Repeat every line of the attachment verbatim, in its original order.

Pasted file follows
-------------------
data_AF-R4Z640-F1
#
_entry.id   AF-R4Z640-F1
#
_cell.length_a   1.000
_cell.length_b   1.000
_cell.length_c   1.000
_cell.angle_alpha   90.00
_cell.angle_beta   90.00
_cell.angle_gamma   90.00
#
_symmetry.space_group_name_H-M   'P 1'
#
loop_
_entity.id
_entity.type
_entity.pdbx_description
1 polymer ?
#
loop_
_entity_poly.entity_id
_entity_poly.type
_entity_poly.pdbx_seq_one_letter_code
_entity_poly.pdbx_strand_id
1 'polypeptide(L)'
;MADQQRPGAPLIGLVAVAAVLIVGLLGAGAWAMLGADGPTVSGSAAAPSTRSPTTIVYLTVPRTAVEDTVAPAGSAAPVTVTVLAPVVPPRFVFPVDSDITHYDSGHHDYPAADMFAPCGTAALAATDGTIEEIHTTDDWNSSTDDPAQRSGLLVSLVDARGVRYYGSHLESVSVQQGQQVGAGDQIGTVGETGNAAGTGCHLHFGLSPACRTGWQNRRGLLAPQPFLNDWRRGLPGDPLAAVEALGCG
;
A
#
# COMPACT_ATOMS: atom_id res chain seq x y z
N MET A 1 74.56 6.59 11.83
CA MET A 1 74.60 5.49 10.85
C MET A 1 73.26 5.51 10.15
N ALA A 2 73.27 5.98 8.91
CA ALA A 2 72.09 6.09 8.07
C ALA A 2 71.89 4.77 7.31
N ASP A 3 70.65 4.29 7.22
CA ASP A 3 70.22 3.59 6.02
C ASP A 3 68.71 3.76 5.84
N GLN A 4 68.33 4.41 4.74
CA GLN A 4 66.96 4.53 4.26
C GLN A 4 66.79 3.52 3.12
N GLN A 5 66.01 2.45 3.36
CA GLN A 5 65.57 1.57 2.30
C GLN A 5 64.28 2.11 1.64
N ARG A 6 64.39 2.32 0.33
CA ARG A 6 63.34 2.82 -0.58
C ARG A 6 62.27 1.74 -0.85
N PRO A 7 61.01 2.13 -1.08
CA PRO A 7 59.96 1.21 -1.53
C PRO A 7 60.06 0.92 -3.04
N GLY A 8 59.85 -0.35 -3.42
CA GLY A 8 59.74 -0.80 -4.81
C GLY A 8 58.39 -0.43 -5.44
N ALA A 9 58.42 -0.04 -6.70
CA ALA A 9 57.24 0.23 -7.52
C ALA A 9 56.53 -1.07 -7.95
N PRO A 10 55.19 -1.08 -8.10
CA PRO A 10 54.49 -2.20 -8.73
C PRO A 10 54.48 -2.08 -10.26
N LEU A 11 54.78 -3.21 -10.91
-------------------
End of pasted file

data_AF-R4Z640-F1
#
_entry.id   AF-R4Z640-F1
#
_cell.length_a   1.000
_cell.length_b   1.000
_cell.length_c   1.000
_cell.angle_alpha   90.00
_cell.angle_beta   90.00
_cell.angle_gamma   90.00
#
_symmetry.space_group_name_H-M   'P 1'
#
loop_
_entity.id
_entity.type
_entity.pdbx_description
1 polymer ?
#
loop_
_entity_poly.entity_id
_entity_poly.type
_entity_poly.pdbx_seq_one_letter_code
_entity_poly.pdbx_strand_id
1 'polypeptide(L)'
;MADQQRPGAPLIGLVAVAAVLIVGLLGAGAWAMLGADGPTVSGSAAAPSTRSPTTIVYLTVPRTAVEDTVAPAGSAAPVTVTVLAPVVPPRFVFPVDSDITHYDSGHHDYPAADMFAPCGTAALAATDGTIEEIHTTDDWNSSTDDPAQRSGLLVSLVDARGVRYYGSHLESVSVQQGQQVGAGDQIGTVGETGNAAGTGCHLHFGLSPACRTGWQNRRGLLAPQPFLNDWRRGLPGDPLAAVEALGCG
;
A
#
# COMPACT_ATOMS: atom_id res chain seq x y z
N MET A 1 74.56 6.59 11.83
CA MET A 1 74.60 5.49 10.85
C MET A 1 73.26 5.51 10.15
N ALA A 2 73.27 5.98 8.91
CA ALA A 2 72.09 6.09 8.07
C ALA A 2 71.89 4.77 7.31
N ASP A 3 70.65 4.29 7.22
CA ASP A 3 70.22 3.59 6.02
C ASP A 3 68.71 3.76 5.84
N GLN A 4 68.33 4.41 4.74
CA GLN A 4 66.96 4.53 4.26
C GLN A 4 66.79 3.52 3.12
N GLN A 5 66.01 2.45 3.36
CA GLN A 5 65.57 1.57 2.30
C GLN A 5 64.28 2.11 1.64
N ARG A 6 64.39 2.32 0.33
CA ARG A 6 63.34 2.82 -0.58
C ARG A 6 62.27 1.74 -0.85
N PRO A 7 61.01 2.13 -1.08
CA PRO A 7 59.96 1.21 -1.53
C PRO A 7 60.06 0.92 -3.04
N GLY A 8 59.85 -0.35 -3.42
CA GLY A 8 59.74 -0.80 -4.81
C GLY A 8 58.39 -0.43 -5.44
N ALA A 9 58.42 -0.04 -6.70
CA ALA A 9 57.24 0.23 -7.52
C ALA A 9 56.53 -1.07 -7.95
N PRO A 10 55.19 -1.08 -8.10
CA PRO A 10 54.49 -2.20 -8.73
C PRO A 10 54.48 -2.08 -10.26
N LEU A 11 54.78 -3.21 -10.91